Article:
The public has spoken and, according to a recent park needs survey, these are our region’s greatest needs. The survey, conducted by leading national park needs survey firm Leisure Vision/ETC Institute, polled 1,000 households in Northern Virginia. The answer, according to that survey, was quite clear: The number one interest of the public as it relates to parks is to acquire more parkland.

Eighty percent of the public were supportive of purchasing land to preserve open space, natural areas and historic sites. Nearly 67 percent of the public were interested in acquiring land for new athletic fields and recreation facilities. The difference between these two shows a clear bias towards passive, or natural parkland.

The survey has a 95 percent accuracy rating.

“As I look at the results of this poll, I am encouraged that the Regional Park Authority is playing a significant role in supplementing the outstanding service provided by local park systems. The Regional Parks focus on providing thousands of acres of natural areas, over 100 miles of trails, and preservation of some of our areas most significant historic sites. We also provide great recreational opportunities that draw the public from all over our area, we offer five pools/water parks, nature programs, and great water access,” observed Jim Mayer, NVRPA Chairman.

Almost as important as buying more natural or historic parkland was updating older parks and recreation facilities. Updating existing park features scored significantly higher than any of the options that included building new facilities.

“This result was counter intuitive in some ways. Many people would assume that the greatest pressure would be to build new facilities. As it turns out, the public is even more keenly interested in seeing their current park facilities maintained and updated to a high standard,” remarked Paul Gilbert, NVRPA Executive Director.

“For the last several years, the Regional Park Authority has made a big push to improve its park facilities with fresh paint and good preventive maintenance everywhere you look. I think it has a big impact when the public sees parks that are obviously well cared for,” commented Su Webb, NVRPA Board Member and Vice Chair.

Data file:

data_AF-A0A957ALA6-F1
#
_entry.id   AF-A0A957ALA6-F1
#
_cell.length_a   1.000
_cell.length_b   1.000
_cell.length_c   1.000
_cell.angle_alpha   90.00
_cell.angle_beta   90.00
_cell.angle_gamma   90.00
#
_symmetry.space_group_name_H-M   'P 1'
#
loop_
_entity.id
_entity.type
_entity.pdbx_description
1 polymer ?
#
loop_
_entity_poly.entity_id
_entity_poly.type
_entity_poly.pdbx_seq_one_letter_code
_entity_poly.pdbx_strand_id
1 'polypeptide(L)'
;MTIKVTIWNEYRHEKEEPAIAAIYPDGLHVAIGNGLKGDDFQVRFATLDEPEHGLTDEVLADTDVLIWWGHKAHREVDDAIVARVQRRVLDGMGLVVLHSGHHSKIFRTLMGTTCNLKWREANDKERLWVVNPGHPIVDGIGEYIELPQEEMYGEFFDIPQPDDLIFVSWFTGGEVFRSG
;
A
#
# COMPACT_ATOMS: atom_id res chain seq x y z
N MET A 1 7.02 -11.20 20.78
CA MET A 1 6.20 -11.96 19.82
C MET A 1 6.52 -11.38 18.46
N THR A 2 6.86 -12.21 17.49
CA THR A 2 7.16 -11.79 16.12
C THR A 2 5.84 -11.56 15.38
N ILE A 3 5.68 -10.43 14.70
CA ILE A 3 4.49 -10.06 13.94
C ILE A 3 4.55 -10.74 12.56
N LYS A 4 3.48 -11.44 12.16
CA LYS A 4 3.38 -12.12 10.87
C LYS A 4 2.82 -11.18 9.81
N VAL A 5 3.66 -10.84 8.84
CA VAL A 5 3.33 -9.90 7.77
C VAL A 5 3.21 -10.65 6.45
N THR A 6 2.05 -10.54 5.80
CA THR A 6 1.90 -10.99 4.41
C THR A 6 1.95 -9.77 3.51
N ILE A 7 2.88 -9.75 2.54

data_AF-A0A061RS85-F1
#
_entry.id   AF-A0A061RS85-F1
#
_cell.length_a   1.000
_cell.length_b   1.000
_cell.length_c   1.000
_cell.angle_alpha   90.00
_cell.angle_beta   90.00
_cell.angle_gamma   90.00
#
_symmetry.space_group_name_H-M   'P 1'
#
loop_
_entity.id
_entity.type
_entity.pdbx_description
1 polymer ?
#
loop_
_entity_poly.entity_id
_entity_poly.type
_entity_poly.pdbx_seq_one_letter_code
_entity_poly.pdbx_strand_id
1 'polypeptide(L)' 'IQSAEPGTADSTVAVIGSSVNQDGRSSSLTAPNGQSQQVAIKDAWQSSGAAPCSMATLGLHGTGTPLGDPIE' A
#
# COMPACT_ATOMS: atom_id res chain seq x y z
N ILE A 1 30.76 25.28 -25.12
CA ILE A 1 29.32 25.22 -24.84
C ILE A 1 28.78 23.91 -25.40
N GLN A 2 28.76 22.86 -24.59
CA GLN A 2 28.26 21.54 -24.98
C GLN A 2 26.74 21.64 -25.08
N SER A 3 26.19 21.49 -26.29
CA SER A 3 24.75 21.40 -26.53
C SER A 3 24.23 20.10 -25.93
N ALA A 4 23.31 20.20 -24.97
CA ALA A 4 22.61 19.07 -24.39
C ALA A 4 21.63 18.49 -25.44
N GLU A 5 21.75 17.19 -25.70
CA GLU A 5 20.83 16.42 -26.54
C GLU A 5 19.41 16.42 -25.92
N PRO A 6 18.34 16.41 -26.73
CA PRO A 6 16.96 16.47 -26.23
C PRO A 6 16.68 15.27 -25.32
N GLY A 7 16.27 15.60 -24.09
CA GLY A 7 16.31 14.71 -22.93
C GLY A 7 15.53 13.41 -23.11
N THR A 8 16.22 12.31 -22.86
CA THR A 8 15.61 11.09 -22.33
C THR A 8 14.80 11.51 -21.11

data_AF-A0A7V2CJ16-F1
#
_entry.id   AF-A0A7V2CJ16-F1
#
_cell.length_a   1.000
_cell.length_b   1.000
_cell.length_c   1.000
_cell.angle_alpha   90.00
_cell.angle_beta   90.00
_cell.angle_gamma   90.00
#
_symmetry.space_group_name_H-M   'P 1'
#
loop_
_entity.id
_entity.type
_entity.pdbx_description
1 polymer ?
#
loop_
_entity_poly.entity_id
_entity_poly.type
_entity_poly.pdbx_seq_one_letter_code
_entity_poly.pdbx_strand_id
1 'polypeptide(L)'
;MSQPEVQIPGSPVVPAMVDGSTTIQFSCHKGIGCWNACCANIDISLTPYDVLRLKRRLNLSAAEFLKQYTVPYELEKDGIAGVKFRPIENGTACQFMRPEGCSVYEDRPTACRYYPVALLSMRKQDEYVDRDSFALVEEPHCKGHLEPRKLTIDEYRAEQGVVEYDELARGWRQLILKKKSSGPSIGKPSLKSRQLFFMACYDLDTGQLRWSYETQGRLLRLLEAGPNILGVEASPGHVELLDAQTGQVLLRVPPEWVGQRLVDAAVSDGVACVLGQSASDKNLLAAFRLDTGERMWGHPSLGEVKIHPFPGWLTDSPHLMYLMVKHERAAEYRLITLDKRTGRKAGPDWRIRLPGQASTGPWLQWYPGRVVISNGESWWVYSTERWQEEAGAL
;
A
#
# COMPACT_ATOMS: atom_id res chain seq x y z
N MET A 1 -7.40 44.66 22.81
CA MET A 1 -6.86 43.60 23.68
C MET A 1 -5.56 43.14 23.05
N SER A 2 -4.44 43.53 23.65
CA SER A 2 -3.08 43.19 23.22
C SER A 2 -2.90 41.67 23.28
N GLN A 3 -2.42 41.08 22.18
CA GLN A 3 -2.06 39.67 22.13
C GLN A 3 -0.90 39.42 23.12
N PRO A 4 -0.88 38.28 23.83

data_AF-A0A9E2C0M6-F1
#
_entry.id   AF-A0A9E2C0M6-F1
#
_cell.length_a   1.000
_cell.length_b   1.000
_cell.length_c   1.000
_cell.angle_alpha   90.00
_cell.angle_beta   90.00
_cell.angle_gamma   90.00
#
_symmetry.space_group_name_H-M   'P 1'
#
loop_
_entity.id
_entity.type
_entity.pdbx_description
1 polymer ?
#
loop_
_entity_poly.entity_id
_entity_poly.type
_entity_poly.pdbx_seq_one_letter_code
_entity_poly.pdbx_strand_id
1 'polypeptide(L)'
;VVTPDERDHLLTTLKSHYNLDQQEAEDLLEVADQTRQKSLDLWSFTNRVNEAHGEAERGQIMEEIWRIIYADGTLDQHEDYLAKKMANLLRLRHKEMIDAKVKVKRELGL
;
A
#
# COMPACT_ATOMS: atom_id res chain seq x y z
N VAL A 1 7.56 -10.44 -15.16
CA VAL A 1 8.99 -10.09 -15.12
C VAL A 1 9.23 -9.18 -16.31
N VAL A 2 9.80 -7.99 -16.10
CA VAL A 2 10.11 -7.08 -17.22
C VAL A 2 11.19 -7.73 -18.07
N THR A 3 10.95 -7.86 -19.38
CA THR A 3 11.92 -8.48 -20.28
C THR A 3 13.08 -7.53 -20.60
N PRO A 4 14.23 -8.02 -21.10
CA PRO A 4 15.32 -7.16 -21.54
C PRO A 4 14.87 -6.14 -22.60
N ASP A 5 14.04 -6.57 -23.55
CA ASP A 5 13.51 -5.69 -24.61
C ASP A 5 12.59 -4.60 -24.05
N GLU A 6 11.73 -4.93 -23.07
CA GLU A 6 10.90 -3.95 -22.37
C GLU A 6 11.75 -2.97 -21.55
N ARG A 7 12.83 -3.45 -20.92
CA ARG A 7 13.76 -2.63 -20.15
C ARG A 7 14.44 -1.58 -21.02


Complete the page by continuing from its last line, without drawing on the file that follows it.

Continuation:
The new park facilities that the public is most interested in also held some surprises with facilities like trails, nature centers and historic sites generating significantly more interest than the need to build new athletic fields.

“Trails are the number one most desired recreational facility. Over 75 percent of the public use trails on a regular basis. The reason we do not hear more about this is that trail users are generally not as organized and vocal as those involved in team sports,” remarked Gilbert.

According to the survey, members of the public noted the strongest support for the following park facilities (over 50% public support):
75.9% develop new walking and biking trials.
69.2% upgrade existing athletic fields.
65.1% support the development of indoor recreation & fitness facilities
62.3% purchase land to connect existing parks.
61.7% support the development of nature, history, and horticultural facilities.
57.1% develop a new teen center.
56.2% develop a new senior center.
54.1% develop new athletic fields

The survey broke down park interests by age and gender as well. Some highlights of this more specific look at park usage included the following:

Historic sites, while popular with the general public reporting a 58.2 percent interest, are particularly interesting to people from 55 to 64 years of age. In this age group, 68.2 percent enjoy visiting historic sites.

“Historic sites like Aldie Mill, Ball’s Bluff Battlefield and the Carlyle House are not only very popular with residents in our area, they also play a key role in the tourism economy that is key to Virginia,” added Webb.

Nature centers and natural areas were ranked as a high importance at over 63 percent usage by people from 35 – 64 years of age. Paved trails while popular with all age groups, ranked as almost 80 percent support by adults from 55 to 64 years of age. The longest paved trail in the region is the W&OD Trail, which stretches for 45 miles from Shirlington to Purcellville. Picnic shelters were of the most interest to people from 35 – 44 years of age, of whom 62.3 percent reported using such sites. Women were 10 percent more interested in picnic sites than men.

Outdoor pools and water parks were of high interest to those under 45 years of age, with 55.7 percent interest to those less than 35 years of age, and 60.3 percent interest to those from 35 to 44 years of age. NVRPA invested in a major renovation to the water park at Upton Hill Regional Park last year and witnessed a 50 percent increase in park usage. Another renovation is currently underway at the pool at Pohick Bay Regional Park, which will assume an all new pirate theme and be known as Pirate’s Cove at Pohick Bay.

“As a key part of this region, we’ve always felt that the needs of the public are a guiding force,” Gilbert added. “This survey confirms our mission, and helps forge our plans for the future.”
Benchmarks compareing this poll to other similar polls can be seen at: